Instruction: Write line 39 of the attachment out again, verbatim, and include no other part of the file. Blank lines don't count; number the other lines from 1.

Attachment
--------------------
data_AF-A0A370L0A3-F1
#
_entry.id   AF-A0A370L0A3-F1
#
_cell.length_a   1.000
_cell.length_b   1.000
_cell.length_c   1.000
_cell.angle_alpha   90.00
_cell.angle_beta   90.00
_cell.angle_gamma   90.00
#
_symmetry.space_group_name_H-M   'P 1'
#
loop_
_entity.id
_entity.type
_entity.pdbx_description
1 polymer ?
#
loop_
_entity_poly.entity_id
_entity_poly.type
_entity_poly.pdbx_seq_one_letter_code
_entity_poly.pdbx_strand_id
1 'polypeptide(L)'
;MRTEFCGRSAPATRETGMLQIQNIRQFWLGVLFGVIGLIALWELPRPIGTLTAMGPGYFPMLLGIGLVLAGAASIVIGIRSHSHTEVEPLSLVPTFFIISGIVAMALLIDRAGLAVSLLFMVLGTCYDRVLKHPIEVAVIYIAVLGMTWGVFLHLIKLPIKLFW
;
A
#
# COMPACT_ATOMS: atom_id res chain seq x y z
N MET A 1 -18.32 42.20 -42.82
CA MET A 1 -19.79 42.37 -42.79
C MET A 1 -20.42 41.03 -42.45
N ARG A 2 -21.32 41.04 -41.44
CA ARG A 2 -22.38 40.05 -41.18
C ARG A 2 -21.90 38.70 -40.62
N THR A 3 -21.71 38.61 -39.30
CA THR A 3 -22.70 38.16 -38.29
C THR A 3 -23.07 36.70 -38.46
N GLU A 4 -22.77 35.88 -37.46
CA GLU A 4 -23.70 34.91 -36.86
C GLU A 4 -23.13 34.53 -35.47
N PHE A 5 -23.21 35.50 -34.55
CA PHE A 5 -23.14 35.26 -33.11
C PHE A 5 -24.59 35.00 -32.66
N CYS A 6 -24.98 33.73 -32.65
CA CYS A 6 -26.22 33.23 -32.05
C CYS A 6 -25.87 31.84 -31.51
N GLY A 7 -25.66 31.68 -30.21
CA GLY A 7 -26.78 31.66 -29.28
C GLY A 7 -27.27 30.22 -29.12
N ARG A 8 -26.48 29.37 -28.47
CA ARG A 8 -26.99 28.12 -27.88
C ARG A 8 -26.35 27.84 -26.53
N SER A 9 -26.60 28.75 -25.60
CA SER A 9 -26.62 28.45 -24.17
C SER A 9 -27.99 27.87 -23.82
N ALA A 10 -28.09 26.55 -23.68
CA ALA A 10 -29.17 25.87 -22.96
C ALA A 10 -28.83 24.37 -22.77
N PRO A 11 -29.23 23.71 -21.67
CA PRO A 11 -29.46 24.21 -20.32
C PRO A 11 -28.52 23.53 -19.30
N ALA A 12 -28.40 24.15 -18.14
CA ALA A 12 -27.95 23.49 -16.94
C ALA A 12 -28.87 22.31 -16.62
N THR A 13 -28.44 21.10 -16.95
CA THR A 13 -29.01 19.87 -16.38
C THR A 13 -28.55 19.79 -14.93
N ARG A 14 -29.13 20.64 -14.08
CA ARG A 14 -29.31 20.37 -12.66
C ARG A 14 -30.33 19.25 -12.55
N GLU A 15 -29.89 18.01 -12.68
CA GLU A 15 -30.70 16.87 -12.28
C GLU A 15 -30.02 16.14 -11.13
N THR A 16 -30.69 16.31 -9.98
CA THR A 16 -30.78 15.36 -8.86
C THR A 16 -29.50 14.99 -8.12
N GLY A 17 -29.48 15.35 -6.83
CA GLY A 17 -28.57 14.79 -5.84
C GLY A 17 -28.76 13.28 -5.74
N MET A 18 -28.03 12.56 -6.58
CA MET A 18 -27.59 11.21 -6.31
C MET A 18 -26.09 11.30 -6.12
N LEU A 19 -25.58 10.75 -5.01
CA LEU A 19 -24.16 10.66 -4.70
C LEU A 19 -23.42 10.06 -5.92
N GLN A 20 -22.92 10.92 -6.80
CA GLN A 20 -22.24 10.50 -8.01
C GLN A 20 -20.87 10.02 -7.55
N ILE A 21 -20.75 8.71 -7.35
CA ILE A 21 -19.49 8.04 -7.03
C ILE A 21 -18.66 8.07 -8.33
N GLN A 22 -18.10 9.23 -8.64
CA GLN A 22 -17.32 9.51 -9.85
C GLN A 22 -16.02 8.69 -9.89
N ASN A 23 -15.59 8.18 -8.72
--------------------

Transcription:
C THR A 3 -23.07 36.70 -38.46